Just by click on the Plus sign next to the SQL statement, I can see that this statement has two different execution plans and one of them is consuming 93.92% of the total CPU utilization. If I expand that plan, I can see where it is spending its time, broken down by wait event.
So let’s recap this. I started Lighty and was immediately presented with my top SQL statements and in a single click, I know that the top one has a CPU-consuming execution plan. That’s super quick and easy in my opinion. EM12c makes it harder to get to this information and EM12c will not show me when a SQL statement started consuming CPU and when it stopped like the graphs Lighty provides.
If I click on a SQL statement, much like I would in EM12c, Lighty will show me stats on the specific SQL. If I click on the Usage tab, I can see all of the sessions that ran this statement. Notice that the chart shows a timeline of when that session was consuming that resource for this SQL statement. EM12c won’t show me that level of detail.
With the above, I can easily see that it is multiple sessions executing the same statement at different times.
Remember that EM12c made me choose an instance for this Oracle RAC database? In Lighty, I don’t have to make that choice. But I can quite easily. Lighty is RAC-aware and detected the multiple instances. By default, I have all of the instances chosen. A simple pulldown menu lets me select one of them and the information on the screen automatically adjusts to just that instance.
Remember in EM12c where that shaded window represented a 5-minute period of time. In Lighty, the SQL and session details are for the entire graph. If you want a 5 minute window, you can choose the 5 minute option above the graph. By default, it has a 60 minute window chosen.
And I can choose other options as well, including a Custom date/time range. In EM12c, the graph is for 1 hour and I can’t change it.
EM12c has its ASH Analytics for letting me look at performance in the past. But I’ve always had problems with it. With ASH Analytics (which lets me view the Active Session History), I can change that gray window to be something other than 5 minutes. But for me, EM12c simply never returns the data. Maybe I have something wrong with my EM12c environment. But Lightly works out of the box with historical ASH data. Let’s say I got a call about a performance issue that occurred between 8:00 and 9:00 this morning. I simply choose a Custom time range.
In EM12c, I’m forced to go to a different web page, Performance –> ASH Analytics.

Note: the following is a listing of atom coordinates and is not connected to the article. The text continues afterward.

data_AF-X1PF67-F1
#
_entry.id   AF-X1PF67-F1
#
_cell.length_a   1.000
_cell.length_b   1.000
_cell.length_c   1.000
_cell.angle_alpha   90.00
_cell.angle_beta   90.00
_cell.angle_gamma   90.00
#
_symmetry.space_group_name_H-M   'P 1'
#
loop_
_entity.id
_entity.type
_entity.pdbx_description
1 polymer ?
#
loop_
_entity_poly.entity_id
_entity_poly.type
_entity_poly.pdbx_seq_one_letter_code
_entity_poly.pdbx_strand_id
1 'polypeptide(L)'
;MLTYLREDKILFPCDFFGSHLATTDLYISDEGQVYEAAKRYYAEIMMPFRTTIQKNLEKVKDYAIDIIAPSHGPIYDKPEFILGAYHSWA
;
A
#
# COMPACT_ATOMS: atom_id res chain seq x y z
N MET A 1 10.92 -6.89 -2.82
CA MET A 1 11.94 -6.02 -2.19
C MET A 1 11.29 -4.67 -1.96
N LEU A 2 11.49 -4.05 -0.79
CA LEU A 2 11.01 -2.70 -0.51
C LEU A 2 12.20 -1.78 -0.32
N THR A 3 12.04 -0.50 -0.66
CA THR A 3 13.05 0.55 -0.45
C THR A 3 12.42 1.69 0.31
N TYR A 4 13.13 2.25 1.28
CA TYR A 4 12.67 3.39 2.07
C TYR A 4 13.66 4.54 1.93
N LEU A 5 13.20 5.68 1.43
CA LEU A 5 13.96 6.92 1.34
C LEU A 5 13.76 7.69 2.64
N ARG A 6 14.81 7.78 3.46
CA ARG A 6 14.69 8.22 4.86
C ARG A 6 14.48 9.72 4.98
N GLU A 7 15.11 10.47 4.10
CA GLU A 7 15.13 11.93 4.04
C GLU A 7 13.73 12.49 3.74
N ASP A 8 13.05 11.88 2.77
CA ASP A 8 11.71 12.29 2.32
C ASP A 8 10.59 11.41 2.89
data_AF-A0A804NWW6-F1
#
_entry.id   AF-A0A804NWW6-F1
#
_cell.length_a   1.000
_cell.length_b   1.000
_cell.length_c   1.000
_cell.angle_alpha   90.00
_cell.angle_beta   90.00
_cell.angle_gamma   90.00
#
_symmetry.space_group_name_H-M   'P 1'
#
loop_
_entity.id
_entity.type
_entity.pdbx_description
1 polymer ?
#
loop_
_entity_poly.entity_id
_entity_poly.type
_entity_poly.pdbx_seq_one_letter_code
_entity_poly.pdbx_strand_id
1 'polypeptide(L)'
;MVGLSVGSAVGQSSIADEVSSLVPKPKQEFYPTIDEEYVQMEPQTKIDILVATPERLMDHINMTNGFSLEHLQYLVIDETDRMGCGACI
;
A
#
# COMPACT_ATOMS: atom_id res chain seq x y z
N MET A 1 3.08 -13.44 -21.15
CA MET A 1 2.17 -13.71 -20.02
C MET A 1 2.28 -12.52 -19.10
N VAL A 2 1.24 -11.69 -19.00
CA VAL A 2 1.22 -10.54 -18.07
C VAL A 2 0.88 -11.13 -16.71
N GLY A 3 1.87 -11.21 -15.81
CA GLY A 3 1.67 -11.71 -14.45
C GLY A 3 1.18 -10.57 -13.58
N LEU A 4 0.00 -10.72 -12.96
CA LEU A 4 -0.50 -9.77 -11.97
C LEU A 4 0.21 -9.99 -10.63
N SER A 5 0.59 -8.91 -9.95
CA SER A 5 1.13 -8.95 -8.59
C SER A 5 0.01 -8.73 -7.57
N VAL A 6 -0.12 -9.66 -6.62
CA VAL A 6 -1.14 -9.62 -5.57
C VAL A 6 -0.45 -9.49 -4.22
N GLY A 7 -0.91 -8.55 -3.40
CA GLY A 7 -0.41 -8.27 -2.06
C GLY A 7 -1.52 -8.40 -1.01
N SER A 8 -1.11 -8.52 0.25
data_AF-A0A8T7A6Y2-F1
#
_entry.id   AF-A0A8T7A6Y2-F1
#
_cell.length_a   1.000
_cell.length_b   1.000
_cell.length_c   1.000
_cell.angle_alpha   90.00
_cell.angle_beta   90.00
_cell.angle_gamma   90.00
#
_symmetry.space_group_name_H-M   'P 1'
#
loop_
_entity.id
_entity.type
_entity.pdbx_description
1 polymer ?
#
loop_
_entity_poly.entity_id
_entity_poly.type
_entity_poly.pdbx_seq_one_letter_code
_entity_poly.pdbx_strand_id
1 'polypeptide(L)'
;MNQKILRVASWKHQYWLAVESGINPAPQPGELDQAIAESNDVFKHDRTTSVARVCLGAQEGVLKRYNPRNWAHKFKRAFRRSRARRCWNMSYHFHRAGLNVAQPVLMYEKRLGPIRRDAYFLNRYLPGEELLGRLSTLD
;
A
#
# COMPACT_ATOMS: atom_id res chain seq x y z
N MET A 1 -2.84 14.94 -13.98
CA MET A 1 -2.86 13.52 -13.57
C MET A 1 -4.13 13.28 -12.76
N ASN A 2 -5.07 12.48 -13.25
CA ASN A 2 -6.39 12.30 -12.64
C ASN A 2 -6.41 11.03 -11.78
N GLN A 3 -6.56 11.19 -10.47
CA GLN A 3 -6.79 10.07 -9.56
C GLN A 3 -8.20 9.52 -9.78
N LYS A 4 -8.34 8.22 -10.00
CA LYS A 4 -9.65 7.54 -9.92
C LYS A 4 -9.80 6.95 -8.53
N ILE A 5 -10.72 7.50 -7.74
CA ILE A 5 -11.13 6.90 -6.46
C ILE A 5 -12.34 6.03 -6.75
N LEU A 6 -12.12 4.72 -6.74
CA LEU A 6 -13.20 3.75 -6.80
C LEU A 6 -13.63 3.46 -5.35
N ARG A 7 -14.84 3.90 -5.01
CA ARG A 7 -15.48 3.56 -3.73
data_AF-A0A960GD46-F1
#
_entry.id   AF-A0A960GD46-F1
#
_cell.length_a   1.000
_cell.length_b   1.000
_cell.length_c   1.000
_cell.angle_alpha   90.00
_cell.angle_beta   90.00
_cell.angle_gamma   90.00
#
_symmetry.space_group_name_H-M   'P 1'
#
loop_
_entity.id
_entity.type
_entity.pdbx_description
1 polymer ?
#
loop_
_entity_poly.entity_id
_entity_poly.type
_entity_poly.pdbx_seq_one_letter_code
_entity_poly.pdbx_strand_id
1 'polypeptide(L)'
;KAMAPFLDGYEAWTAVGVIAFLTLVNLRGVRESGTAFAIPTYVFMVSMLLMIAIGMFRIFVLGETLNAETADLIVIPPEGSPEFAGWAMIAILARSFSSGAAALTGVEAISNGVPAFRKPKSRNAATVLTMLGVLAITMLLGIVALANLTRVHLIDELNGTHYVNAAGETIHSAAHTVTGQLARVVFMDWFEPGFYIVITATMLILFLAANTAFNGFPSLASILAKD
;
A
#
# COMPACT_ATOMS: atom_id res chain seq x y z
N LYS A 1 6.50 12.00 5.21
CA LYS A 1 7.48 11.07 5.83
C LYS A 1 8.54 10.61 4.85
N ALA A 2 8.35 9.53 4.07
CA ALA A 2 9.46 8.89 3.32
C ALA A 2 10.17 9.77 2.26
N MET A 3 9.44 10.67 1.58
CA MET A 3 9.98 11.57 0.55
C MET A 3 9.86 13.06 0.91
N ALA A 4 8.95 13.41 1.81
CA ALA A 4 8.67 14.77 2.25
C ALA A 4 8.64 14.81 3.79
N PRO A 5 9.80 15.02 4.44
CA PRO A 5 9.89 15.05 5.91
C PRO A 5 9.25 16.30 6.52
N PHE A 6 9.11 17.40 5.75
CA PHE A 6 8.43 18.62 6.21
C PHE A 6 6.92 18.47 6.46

So far, you’ve probably latched onto the idea that I think that Lighty is a quick and easy way to obtain much of the same information I can get from EM12c. And you’d be right! Here is another area that I like about Lighty. If I go to Window –>Multiple Database Monitoring then I can see graphs of many different performance metrics for multiple databases. Here is an example.At a glance, I can monitor multiple databases on one screen. EM12c won’t let me do that. I can see that the database on the far right is pretty idle while the database in the middle is getting hit pretty hard. Scrolling down the page, I get charts for many metrics:
- User Calls
- Reads and Writes
- Disk latency
- Disk I/O throughput
- Global Cache Transfer rates
- Redo generation rates
- Network Traffic
In EM12c, I would have to visit too many pages to obtain the same information that Lighty gives me in one page.
All of my examples are relying on the same Diagnostics and Tuning Packs that I have licensed. If you do not license those, Lighty provides similar functionality with Statspack and their version of L-ASH (Lighty ASH).
All in all, I think Lighty is a great tool for the DBA who is responsible for performance tuning. The cost is very reasonable as well. The more I use the tool, the more I come to appreciate how quickly I can get information. I can turn things on or off with no more than two clicks to be able to easily drill down to the root cause of my performance issues.I encourage all Oracle DBA’s to download the trial and see if this product is right for them. Lighty can be found here: http://www.orachrome.com/en/index.html